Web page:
Ongoing History of New Music

Ongoing History Daily: Was this the inspiration for “Rock the Casbah?”

One of the greatest Clash songs of all time is “Rock the Casbah” from the band’s 1982 album, Combat Rock.  Topper Headon, the drummer, is the guy who came up with the piano boogie that forms the base of the song.  Joe Strummer wrote the lyrics after he heard a news report about how people in Iran were sentenced to flogging for owning a rock or disco album.  But that may only be part of the story. 

In 1981, the Clash played a show in Paris.  Afterward, an Algerian singer-songwriter named Rachid Taha, leader of a French-Arab punk band called Residence Permit handed Joe a demo of his stuff.  Rachid never heard back from Joe, but a year later he turned on the radio and heard “Rock the Casbah,” which–stylistically, anyway–sounded a lot like what he was doing with Residence Permit.  Was “Rock the Casbah” partly inspired by what was handed to Joe on the sidewalk that night?  Maybe.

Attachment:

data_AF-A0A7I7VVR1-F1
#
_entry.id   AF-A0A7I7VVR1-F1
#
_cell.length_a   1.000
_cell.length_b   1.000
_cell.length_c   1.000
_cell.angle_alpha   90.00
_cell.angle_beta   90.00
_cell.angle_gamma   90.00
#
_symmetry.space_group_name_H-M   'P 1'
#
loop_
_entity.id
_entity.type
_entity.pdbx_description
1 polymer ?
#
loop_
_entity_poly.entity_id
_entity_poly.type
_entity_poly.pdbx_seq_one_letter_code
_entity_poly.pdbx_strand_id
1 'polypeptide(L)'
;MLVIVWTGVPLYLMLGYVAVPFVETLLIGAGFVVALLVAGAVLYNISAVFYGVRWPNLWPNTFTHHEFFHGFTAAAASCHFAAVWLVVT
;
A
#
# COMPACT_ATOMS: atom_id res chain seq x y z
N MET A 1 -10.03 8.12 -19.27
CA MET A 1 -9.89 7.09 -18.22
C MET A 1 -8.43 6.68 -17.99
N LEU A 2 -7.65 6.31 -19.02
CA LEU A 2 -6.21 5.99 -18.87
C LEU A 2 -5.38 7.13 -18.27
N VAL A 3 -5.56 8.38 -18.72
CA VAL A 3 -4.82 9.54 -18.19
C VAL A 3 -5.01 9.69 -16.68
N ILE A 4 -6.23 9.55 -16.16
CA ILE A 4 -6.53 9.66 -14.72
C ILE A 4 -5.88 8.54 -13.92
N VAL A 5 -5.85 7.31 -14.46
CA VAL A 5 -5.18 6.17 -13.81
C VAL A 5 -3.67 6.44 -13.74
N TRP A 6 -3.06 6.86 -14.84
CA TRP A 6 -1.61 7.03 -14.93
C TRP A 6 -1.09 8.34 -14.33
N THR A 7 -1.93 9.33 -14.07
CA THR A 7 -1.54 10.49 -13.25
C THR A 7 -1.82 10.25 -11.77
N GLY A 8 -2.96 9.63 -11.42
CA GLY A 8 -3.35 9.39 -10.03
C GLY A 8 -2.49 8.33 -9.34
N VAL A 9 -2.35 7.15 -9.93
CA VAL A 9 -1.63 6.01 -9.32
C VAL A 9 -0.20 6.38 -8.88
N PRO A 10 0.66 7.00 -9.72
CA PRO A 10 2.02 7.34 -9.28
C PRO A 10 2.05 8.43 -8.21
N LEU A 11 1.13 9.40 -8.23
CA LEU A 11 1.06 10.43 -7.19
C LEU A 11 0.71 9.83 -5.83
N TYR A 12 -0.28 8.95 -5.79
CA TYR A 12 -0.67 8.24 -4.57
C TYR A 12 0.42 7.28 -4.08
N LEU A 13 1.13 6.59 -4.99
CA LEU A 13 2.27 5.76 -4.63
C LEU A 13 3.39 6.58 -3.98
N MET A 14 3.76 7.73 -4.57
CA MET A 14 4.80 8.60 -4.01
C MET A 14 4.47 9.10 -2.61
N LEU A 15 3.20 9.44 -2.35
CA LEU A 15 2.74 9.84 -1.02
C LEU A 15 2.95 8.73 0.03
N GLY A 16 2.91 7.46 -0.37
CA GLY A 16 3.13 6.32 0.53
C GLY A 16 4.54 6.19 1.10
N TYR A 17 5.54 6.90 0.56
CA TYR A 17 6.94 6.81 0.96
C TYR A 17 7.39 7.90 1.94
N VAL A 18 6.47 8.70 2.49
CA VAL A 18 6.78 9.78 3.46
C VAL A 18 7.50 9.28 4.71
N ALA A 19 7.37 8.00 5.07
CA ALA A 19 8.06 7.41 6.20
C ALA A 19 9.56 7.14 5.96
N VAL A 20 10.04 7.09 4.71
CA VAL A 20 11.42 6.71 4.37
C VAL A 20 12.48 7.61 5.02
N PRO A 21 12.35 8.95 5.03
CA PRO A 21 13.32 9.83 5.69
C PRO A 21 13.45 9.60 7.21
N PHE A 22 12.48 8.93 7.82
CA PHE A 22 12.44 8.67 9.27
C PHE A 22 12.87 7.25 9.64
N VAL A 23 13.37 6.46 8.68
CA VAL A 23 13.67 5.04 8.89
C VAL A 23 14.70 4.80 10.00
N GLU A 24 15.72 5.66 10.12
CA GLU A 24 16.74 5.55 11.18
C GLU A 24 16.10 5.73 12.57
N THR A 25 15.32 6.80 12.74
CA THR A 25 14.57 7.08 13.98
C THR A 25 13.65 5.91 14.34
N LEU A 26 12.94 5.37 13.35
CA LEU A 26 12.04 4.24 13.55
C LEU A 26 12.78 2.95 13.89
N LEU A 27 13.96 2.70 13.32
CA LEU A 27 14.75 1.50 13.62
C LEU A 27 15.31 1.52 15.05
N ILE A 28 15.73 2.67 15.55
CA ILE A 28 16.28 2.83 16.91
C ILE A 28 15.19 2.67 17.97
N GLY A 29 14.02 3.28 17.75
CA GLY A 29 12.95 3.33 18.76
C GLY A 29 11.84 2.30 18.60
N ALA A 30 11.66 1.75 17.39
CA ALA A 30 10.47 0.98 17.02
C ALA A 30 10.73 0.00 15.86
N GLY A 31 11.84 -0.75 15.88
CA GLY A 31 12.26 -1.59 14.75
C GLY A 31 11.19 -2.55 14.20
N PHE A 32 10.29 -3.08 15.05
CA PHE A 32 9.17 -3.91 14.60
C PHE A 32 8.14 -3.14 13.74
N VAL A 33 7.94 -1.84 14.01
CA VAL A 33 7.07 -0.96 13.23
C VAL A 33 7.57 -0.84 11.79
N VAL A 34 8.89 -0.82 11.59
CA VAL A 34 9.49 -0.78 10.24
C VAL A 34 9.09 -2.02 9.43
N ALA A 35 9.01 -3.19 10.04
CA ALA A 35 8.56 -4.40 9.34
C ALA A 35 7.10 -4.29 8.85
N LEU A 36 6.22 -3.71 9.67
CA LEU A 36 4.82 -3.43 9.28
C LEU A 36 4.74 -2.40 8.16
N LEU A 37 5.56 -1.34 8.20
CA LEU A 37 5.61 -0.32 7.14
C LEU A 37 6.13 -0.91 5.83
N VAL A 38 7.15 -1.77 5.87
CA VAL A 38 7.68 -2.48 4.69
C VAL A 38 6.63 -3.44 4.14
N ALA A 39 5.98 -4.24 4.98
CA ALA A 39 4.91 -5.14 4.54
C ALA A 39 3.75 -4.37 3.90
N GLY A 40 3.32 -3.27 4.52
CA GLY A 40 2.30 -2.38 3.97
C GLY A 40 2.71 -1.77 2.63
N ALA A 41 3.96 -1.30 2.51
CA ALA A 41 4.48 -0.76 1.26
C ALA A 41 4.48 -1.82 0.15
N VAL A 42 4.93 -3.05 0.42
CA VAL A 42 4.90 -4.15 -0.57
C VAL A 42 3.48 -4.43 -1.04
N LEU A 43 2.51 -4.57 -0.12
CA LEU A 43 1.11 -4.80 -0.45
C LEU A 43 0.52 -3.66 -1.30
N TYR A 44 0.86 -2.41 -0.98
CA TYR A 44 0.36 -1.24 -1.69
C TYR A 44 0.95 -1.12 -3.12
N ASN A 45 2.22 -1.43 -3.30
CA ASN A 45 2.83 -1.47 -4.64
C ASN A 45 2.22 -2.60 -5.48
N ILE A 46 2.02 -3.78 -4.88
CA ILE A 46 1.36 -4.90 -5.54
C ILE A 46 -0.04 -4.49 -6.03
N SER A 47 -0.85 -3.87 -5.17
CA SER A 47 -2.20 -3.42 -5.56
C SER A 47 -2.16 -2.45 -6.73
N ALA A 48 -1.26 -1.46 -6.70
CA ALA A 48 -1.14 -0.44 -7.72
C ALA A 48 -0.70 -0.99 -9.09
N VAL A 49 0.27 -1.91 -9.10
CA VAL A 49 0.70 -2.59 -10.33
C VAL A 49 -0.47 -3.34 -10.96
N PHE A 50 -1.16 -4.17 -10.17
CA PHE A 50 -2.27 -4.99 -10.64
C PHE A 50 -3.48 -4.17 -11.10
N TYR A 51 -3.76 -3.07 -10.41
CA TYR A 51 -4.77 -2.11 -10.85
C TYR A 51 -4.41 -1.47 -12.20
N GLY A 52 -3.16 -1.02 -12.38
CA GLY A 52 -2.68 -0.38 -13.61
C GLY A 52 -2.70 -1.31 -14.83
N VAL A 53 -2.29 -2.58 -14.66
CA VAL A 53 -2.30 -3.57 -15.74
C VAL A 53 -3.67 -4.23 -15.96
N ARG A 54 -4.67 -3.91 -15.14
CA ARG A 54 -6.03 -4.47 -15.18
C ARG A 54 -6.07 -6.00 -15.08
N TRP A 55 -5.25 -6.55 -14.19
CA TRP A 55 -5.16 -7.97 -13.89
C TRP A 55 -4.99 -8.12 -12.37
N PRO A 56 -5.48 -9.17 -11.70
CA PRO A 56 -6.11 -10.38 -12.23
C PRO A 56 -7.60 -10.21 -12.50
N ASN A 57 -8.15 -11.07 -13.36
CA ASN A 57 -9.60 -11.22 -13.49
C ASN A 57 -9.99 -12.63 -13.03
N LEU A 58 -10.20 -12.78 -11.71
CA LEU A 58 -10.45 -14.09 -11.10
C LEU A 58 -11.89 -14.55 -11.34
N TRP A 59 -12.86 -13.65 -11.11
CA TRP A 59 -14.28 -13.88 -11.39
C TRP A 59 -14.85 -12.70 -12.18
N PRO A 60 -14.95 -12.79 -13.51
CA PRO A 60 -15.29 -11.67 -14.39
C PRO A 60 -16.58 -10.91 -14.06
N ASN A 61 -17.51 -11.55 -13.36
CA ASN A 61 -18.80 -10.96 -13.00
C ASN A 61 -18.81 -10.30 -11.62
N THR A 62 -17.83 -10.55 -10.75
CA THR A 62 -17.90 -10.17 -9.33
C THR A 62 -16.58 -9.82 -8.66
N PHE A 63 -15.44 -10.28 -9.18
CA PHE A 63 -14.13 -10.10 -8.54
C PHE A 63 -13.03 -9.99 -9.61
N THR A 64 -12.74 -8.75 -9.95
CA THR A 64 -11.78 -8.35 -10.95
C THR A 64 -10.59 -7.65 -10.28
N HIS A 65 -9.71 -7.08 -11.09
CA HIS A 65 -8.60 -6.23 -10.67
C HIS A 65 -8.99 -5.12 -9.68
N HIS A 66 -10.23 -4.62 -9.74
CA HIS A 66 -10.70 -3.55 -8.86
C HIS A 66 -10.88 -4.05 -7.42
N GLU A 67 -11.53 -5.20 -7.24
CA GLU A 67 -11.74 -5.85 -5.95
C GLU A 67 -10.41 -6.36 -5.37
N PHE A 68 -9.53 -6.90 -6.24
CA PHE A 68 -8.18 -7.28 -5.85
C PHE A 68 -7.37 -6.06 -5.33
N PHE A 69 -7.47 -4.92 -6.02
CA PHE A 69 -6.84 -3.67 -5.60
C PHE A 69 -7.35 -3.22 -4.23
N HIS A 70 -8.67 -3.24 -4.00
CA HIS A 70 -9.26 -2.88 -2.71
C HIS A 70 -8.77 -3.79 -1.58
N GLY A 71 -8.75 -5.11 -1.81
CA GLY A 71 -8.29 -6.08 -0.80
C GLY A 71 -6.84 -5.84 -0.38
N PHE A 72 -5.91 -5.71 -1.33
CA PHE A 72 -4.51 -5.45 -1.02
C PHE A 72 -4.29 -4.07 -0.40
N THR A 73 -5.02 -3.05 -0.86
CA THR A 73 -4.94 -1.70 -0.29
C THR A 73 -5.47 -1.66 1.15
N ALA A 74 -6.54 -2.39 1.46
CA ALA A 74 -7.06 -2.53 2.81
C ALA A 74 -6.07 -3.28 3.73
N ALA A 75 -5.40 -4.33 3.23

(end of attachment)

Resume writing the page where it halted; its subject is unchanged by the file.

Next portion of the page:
Oh, and Taha covered “Rock the Casbah.”

Alan Cross

is an internationally known broadcaster, interviewer, writer, consultant, blogger and speaker. In his 40+ years in the music business, Alan has interviewed the biggest names in rock, from David Bowie and U2 to Pearl Jam and the Foo Fighters. He’s also known as a musicologist and documentarian through programs like The Ongoing History of New Music.

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One thought on “Ongoing History Daily: Was this the inspiration for “Rock the Casbah?”

  • And Mick Jones played with Rachid.


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